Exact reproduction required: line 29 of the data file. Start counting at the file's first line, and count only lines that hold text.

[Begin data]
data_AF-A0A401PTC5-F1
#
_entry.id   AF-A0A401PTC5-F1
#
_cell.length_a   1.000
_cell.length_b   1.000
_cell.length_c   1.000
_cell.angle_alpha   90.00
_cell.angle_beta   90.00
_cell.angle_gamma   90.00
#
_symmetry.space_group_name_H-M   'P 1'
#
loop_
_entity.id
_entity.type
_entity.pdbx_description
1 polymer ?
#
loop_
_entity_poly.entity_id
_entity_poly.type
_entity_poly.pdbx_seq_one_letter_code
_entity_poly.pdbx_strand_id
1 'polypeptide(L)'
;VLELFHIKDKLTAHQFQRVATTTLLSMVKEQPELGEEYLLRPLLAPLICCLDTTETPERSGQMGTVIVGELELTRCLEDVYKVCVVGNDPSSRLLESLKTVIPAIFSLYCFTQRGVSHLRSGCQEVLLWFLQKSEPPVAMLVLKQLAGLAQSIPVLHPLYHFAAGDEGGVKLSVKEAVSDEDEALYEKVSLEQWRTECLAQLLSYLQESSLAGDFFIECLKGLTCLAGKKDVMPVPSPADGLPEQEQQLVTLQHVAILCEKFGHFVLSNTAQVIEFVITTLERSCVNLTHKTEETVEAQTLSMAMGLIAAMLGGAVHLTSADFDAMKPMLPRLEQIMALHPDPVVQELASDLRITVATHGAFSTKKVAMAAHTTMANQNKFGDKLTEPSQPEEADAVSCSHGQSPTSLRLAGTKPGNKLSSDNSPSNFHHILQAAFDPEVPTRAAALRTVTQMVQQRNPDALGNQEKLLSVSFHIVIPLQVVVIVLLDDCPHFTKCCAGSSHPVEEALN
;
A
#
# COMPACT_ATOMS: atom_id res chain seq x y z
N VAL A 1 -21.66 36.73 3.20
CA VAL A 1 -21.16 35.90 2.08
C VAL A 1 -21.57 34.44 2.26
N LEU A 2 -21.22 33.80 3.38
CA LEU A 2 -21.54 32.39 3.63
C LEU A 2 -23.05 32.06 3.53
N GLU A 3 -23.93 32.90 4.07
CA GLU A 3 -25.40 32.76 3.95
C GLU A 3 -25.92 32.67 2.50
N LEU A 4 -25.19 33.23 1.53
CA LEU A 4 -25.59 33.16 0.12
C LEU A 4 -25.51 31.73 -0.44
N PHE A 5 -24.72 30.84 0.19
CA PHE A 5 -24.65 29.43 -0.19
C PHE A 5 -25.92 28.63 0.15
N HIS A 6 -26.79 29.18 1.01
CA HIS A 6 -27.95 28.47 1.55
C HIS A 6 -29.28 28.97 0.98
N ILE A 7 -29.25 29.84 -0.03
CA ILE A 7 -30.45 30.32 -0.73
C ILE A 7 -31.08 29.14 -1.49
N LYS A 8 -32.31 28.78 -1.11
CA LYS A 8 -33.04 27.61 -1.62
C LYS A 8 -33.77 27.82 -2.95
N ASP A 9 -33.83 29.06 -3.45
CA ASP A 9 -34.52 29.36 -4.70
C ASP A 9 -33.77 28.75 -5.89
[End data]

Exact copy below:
#